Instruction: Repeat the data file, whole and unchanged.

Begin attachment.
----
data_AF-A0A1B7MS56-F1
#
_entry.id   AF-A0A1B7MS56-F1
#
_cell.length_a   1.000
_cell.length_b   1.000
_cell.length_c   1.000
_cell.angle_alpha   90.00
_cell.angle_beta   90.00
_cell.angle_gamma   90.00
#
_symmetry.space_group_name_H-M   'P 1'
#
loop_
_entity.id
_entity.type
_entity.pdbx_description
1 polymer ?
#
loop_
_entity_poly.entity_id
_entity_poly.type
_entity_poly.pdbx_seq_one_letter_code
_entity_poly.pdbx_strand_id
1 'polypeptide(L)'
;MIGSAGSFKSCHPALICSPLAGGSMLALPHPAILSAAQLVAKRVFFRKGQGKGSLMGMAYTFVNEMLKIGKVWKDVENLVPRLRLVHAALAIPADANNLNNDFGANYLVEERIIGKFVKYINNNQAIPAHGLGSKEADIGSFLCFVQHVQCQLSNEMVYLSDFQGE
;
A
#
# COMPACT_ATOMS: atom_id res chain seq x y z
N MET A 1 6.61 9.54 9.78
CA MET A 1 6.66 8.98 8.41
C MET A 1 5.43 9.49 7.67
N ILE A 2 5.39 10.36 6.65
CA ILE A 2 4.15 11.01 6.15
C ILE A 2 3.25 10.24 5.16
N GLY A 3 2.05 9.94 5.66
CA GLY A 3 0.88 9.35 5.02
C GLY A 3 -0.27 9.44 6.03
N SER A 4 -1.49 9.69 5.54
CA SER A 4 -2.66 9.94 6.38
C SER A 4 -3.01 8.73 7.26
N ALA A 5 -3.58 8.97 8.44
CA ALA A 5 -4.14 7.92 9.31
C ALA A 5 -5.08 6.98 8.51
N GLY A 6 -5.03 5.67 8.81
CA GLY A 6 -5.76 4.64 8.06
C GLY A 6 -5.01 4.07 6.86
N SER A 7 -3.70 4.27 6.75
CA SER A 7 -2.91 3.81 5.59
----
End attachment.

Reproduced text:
data_AF-A0A1B7MS56-F1
#
_entry.id   AF-A0A1B7MS56-F1
#
_cell.length_a   1.000
_cell.length_b   1.000
_cell.length_c   1.000
_cell.angle_alpha   90.00
_cell.angle_beta   90.00
_cell.angle_gamma   90.00
#
_symmetry.space_group_name_H-M   'P 1'
#
loop_
_entity.id
_entity.type
_entity.pdbx_description
1 polymer ?
#
loop_
_entity_poly.entity_id
_entity_poly.type
_entity_poly.pdbx_seq_one_letter_code
_entity_poly.pdbx_strand_id
1 'polypeptide(L)'
;MIGSAGSFKSCHPALICSPLAGGSMLALPHPAILSAAQLVAKRVFFRKGQGKGSLMGMAYTFVNEMLKIGKVWKDVENLVPRLRLVHAALAIPADANNLNNDFGANYLVEERIIGKFVKYINNNQAIPAHGLGSKEADIGSFLCFVQHVQCQLSNEMVYLSDFQGE
;
A
#
# COMPACT_ATOMS: atom_id res chain seq x y z
N MET A 1 6.61 9.54 9.78
CA MET A 1 6.66 8.98 8.41
C MET A 1 5.43 9.49 7.67
N ILE A 2 5.39 10.36 6.65
CA ILE A 2 4.15 11.01 6.15
C ILE A 2 3.25 10.24 5.16
N GLY A 3 2.05 9.94 5.66
CA GLY A 3 0.88 9.35 5.02
C GLY A 3 -0.27 9.44 6.03
N SER A 4 -1.49 9.69 5.54
CA SER A 4 -2.66 9.94 6.38
C SER A 4 -3.01 8.73 7.26
N ALA A 5 -3.58 8.97 8.44
CA ALA A 5 -4.14 7.92 9.31
C ALA A 5 -5.08 6.98 8.51
N GLY A 6 -5.03 5.67 8.81
CA GLY A 6 -5.76 4.64 8.06
C GLY A 6 -5.01 4.07 6.86
N SER A 7 -3.70 4.27 6.75
CA SER A 7 -2.91 3.81 5.59